2) Power supply in the monitor being under rated to-do all modes the monitor chipset supports. This is when you are getting into really dangerous. Monitor driver chipsets have ratings on how many watts they should take for each of the different modes. This is where things get evil for those designing monitors. So designer of monitor cut the most power hungry/heat generating modes off the monitor in the EDID then cut down the power supply to match. Overloaded power supply has a A, B and C failures if you use one of the modes the design of the monitor intentionally cut out and reduced the power supply because the design said those modes would never be used.
    A) failure this one is good ish the monitor just goes black its a thermal fuse it self resets when you leave the monitor powered off for a while.
    B) its a true fuse of the blow once kind the monitor is dead. Still not the worst outcome.
    C) Power supply in the monitor overloads goes completely stupid and due to poor circuit design now sends insane voltage back down the HDMI cable kiss good by to GPU/motherboard. Worst fry outs I have seen in garbage tier of power supplies in monitors I have seen put 240V AC 10amp out the HDMI port of the monitor. Yes that 240V AC 10amp could have just turned the case of your computer live as well if it happens to be something like a metal cased laptop that is not earthed.

    Setting a non-advertised modes on garbage tier and close to garbage tier can get really expensive and worse cases life threatening/human corpse making. Please note I might be playing with garbage tier but relatives to what I am playing with was sold to consumers without the broken EDID or equal.

    Basically microcode you had a myth that setting non-advertised modes does not ever pose a danger. Before setting a non advertised mode you really should check that your monitor in fact was built to-do it that there was not any cost cutting in either cooling design or power supply inside the monitor.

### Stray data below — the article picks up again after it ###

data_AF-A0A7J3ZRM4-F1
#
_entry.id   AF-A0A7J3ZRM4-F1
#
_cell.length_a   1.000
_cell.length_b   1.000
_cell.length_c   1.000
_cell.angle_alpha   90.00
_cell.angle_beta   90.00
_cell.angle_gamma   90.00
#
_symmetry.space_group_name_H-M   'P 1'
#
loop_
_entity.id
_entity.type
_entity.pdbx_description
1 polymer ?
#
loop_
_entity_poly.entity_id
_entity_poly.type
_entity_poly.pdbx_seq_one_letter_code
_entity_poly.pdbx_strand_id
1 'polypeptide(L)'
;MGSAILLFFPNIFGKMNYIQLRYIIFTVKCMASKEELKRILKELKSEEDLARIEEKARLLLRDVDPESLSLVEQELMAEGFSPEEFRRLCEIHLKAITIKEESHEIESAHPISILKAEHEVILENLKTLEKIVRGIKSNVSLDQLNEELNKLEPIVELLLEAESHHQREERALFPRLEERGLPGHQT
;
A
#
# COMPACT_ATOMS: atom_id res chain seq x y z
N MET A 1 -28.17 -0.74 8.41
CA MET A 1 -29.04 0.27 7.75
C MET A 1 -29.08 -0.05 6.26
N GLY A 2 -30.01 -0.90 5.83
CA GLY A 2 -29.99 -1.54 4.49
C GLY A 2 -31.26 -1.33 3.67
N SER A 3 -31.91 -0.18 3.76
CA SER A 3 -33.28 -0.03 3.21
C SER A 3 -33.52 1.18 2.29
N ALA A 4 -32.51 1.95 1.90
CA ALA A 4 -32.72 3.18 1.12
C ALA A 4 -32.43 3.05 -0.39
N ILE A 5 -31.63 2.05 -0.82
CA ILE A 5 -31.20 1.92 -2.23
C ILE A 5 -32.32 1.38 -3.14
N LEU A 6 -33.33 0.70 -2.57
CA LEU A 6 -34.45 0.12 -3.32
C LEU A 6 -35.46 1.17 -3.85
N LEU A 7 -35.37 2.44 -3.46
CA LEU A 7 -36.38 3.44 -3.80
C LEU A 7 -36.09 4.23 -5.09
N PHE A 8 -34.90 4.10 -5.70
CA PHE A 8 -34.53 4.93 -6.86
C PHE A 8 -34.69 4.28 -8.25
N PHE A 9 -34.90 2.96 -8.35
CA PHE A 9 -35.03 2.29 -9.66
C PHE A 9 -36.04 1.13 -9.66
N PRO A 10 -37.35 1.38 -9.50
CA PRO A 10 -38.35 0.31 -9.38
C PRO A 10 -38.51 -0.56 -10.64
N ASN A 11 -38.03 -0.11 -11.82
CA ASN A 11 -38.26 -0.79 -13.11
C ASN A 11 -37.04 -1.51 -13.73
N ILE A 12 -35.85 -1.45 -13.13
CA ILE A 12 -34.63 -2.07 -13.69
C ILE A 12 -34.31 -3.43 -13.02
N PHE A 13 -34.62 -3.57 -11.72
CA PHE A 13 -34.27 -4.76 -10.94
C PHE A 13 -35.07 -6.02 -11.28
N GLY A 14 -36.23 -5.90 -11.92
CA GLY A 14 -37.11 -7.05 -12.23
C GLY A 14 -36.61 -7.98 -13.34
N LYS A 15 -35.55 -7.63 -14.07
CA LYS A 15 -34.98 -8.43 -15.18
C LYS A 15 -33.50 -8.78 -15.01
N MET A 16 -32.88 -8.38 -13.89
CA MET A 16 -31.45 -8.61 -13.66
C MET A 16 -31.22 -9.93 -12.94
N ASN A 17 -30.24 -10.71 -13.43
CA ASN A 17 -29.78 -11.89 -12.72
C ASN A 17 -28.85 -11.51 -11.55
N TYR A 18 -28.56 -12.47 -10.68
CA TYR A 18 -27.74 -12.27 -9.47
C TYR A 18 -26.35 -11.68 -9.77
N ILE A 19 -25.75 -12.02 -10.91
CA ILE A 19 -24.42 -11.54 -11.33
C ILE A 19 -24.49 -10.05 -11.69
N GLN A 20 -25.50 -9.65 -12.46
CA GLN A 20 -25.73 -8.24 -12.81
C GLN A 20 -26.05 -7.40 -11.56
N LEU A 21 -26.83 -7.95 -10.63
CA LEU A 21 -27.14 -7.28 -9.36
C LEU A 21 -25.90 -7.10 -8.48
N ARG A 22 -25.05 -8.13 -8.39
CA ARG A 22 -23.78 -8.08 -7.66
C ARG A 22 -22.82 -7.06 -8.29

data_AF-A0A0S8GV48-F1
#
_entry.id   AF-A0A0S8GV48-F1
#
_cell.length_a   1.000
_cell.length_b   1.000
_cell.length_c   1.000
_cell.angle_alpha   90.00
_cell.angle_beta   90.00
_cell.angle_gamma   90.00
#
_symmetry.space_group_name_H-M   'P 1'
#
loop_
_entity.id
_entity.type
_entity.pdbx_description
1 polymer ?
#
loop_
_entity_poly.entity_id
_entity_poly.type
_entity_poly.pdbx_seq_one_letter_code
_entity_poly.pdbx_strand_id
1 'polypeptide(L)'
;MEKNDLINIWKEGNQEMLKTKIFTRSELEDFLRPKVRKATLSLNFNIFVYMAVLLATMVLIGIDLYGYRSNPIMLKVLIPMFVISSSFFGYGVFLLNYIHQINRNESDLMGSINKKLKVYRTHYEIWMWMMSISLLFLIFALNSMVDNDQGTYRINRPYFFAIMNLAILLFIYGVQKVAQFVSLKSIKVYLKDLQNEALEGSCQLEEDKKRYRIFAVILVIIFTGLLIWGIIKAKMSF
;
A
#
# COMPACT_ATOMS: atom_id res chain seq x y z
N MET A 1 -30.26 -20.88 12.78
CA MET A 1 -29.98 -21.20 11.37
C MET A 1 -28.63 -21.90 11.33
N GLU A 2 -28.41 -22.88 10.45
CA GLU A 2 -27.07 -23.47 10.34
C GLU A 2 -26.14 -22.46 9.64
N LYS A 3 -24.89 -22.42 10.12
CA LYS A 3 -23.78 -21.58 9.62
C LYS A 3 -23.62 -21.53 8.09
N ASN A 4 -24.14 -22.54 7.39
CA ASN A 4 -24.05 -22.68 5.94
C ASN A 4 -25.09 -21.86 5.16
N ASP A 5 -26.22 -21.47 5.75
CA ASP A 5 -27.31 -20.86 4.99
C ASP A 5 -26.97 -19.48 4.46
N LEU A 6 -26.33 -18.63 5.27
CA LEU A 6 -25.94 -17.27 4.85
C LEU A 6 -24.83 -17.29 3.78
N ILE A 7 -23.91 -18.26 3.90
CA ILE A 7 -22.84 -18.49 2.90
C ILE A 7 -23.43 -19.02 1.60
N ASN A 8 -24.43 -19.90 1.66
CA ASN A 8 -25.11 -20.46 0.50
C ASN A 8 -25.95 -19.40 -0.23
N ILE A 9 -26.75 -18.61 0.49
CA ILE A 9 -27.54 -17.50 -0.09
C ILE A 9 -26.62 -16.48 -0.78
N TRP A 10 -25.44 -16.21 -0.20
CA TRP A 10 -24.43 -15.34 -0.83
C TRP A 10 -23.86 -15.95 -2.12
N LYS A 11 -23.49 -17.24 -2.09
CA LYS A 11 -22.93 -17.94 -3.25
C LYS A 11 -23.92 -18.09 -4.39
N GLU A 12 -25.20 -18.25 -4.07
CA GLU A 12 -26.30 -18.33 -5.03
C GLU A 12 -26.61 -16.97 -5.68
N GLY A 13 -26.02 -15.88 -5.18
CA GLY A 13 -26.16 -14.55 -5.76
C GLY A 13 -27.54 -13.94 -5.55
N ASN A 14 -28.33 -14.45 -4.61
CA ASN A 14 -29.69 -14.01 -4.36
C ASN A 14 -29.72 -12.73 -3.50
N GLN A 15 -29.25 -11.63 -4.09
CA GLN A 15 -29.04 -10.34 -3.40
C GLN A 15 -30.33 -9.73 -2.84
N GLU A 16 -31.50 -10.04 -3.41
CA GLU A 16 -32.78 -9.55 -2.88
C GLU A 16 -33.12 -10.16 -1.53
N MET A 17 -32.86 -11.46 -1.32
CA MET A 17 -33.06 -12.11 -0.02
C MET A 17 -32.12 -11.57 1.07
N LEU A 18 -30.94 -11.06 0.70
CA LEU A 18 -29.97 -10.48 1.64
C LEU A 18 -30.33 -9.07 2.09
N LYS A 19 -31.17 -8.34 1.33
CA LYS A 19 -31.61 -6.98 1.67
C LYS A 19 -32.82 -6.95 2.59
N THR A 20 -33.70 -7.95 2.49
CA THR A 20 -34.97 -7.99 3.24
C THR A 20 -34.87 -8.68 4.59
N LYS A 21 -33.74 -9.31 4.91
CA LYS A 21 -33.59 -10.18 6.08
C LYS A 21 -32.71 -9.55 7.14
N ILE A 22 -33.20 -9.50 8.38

Microcode I mentioned about using cheap arm boards for testing these garbage tier monitors and close to garbage tier there is no way I am going to use like a few thousand dollar gamer rig when it could go completely wrong and fry the lot.

    I am not against doing custom EDID to add in modes that the vendor decided not to display by the way. But this better be something the monitor vendor decided not to display not random probing a monitor. Random probing if X modes work on garbage tier or close to garbage tier is a do you feel lucky operation. If you are not careful with garbage tier or close to garbage tier monitors/tvs its really simple to end up with a stack of dead hardware and possible you dead as well.

    Yes the grade of monitor you are dealing with is very important to take into account.

    There are some quite high end monitors with high power efficiency claims that they have got there by cutting back the power supply and restricting the EDID. Yes some of these people would think are in the best for value monitors. They are fine monitors if you read the specification sheet on them and notice that the sheet lists a stack of modes disabled not to be used.

    microcode apple laptops have been a great example of people buying something thinking its the best for money and it not performing well because apple did a crap poor cooling solution. There are monitors as bad as apple laptops.